If you are behind on your mortgage payments because of loss of income or other adverse economic events and hardships, you may qualify for a mortgage modification through either a federal government program such as the Home Affordable Modification Program (HAMP) or through an internal mortgage modification program offered by your specific lender. However, applying for a mortgage modification can be tricky and frustrating, with many rounds of “lost” paperwork and endless time spent trying to get in touch with a human on the other end of the phone line. Wink & Wink can help you complete your modification paperwork and get it to the correct destination in order to determine if you qualify for this very powerful debt relief.

What is a mortgage modification?

Mortgage modification is a process where the terms of a mortgage are modified outside the original terms of the contract agreed to by the lender and borrower (i.e. mortgagee and mortgagor). In general, any loan can be modified, and the general process is referred to as loan modification or debt rescheduling. Mortgage modifications, however, are very difficult to get on second mortgages.

In the normal progression of a mortgage, payments of interest and principal are made until the mortgage is paid in full (or paid off). Typically, until the mortgage is paid, the lender holds a lien on the property and if the borrower sells the property before the mortgage is paid-off, the unpaid balance of the mortgage is remitted to the lender to release the lien. Generally speaking, any change to the mortgage terms is a modification, but as the term is used it refers to a change in terms based upon either the specific inability of the borrower to remain current on payments as stated in the mortgage. A loan modification will typically result in the change to the loan’s monthly payment, interest rate, term or outstanding principal.

Types of modification

Mortgages are modified to the benefit of the borrower in one or more of the following ways:

  • Reduction in interest rate, or a change from a floating to a fixed rate, or in how the floating rate is computed
  • Reduction in principal
  • Reduction in the monthly payment
  • Reduction in late fees or other penalties
  • Lengthening of the loan term
  • Capping the monthly payment to a percentage of household income
  • Mortgage forbearance program

The borrower can be current, late, in default, in bankruptcy, or in foreclosure at the time the application for modification is made. The programs available will vary accordingly.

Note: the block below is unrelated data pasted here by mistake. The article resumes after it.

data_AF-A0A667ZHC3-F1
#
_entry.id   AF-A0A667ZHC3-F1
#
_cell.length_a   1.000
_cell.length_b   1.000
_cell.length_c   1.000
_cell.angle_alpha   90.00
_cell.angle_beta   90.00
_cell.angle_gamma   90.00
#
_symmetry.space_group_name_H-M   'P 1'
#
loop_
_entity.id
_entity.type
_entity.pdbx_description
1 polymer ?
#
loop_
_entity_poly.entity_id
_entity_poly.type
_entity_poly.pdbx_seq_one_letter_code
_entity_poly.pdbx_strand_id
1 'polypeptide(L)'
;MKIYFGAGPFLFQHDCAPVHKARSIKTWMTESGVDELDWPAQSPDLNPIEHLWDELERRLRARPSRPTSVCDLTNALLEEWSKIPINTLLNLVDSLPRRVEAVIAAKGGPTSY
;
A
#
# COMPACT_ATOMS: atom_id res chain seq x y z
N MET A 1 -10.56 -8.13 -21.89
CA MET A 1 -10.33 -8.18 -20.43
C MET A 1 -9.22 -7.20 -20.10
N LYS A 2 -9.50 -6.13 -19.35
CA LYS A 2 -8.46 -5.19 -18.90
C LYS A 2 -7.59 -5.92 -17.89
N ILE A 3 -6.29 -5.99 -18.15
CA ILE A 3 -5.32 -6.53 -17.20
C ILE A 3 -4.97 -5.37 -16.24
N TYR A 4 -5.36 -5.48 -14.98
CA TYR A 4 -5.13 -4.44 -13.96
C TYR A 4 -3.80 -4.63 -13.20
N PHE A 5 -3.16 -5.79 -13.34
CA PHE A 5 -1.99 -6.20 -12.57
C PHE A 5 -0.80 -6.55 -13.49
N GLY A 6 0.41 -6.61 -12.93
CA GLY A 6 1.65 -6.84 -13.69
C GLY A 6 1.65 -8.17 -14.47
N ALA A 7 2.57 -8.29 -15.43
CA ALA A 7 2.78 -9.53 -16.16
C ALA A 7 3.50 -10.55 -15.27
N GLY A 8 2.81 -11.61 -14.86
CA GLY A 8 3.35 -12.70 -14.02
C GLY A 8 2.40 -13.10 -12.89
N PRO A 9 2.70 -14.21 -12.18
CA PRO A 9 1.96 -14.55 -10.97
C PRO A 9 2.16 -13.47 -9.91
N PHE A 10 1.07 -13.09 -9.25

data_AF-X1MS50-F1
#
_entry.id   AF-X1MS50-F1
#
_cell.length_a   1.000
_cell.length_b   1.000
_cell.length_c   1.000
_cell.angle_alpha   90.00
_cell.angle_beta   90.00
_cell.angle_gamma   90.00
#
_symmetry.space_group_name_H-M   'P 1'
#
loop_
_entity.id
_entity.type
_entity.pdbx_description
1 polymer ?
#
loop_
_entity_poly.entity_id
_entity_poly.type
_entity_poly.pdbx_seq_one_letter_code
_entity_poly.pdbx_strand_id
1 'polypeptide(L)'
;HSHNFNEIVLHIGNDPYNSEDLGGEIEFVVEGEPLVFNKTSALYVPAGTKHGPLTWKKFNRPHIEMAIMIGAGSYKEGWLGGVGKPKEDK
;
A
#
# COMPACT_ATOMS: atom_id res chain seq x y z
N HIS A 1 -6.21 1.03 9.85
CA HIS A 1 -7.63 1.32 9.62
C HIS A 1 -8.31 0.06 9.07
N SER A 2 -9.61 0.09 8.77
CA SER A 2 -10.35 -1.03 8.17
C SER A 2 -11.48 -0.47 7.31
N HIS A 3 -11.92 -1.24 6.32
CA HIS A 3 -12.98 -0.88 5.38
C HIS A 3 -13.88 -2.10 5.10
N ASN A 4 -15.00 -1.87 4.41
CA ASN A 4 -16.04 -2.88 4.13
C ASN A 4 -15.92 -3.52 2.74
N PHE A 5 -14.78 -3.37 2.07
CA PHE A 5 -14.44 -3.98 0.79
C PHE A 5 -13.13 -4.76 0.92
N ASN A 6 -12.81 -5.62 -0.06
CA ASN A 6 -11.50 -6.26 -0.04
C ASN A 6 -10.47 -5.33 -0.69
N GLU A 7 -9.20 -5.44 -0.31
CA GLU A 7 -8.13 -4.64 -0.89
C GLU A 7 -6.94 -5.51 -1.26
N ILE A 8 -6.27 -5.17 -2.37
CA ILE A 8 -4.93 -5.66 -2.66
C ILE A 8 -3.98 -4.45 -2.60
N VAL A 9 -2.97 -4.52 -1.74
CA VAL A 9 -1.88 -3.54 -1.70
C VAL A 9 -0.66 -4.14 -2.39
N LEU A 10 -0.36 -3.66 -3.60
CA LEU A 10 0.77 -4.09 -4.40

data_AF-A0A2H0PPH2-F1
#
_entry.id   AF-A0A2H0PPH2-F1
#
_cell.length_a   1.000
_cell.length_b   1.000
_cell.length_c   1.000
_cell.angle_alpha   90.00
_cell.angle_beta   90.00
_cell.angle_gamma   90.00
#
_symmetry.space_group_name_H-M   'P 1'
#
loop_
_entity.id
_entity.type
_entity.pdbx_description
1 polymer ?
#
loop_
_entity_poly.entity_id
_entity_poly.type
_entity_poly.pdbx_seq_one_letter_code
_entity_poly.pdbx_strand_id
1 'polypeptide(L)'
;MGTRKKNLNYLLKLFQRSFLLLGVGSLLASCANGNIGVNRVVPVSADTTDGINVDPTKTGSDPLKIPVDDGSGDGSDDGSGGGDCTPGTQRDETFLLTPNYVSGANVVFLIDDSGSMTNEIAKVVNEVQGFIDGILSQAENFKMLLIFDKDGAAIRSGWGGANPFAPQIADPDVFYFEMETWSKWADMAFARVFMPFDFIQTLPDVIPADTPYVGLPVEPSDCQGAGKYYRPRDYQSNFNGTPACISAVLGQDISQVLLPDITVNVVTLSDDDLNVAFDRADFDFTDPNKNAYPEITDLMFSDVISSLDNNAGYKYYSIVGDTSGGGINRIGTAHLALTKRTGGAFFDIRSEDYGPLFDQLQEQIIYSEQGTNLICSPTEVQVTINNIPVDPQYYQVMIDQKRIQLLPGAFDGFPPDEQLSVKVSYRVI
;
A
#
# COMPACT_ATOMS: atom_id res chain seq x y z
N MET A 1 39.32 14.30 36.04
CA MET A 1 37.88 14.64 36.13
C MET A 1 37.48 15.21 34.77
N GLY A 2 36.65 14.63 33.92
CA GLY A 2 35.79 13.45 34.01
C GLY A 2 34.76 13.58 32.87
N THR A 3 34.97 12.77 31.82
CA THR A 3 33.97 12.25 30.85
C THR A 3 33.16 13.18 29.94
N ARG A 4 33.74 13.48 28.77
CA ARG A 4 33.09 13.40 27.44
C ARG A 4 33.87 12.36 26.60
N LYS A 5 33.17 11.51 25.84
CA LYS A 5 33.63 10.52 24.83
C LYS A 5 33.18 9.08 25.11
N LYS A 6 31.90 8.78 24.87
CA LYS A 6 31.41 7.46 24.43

There may be modifications made at the discretion of the lender. The lender is motivated to offer better terms to the borrower because of the expectation that the borrower might be able to afford a lower payment, and that a performing loan (i.e. one in which payments are current) will be more valuable ultimately than the proceeds obtained from a foreclosure sale.

Wink & Wink can be retained to handle all the paperwork and lender contact on your mortgage modification and will help with the following:

  • Complete the package.

    Homeowners need to submit paycheck stubs, a hardship letter, a
    budget and any other documents the loan servicer wants. If even one document is missing or outdated, the entire file will drop to the bottom of the pile.

  • Ask questions.

    Make sure you know exactly what to provide to servicers. Servicers often request two paycheck stubs on the assumption that two paychecks represent one month’s income. But a homeowner who is paid weekly, bimonthly or monthly may have to submit more or fewer paycheck documents. Similar misunderstandings about other documents can be equally problematic.

  • Stay in touch.

    Homeowners should call the servicer at least once a week and check on the status of his od her request. Ask whether the file is complete. Review the documents. Explain any special or changed circumstances. A counselor can help, but lenders also want to hear from the homeowner on a consistent basis, says Richard Korn, a foreclosure intervention and default counselor at Apprisen Financial Advocates in Columbus, Ohio.

  • Be persistent.

    Homeowners naturally feel frustrated when they’re asked to resubmit documents. But those who realize they are at the beck and call of the servicer and can hang in there long enough may be rewarded.

Once your mortgage modification is approved, you’ll have a three-month trial period. During this trial period it is imperative to make your new payments on time. After the successful conclusion of the three-month trial, your mortgage will become officially modified.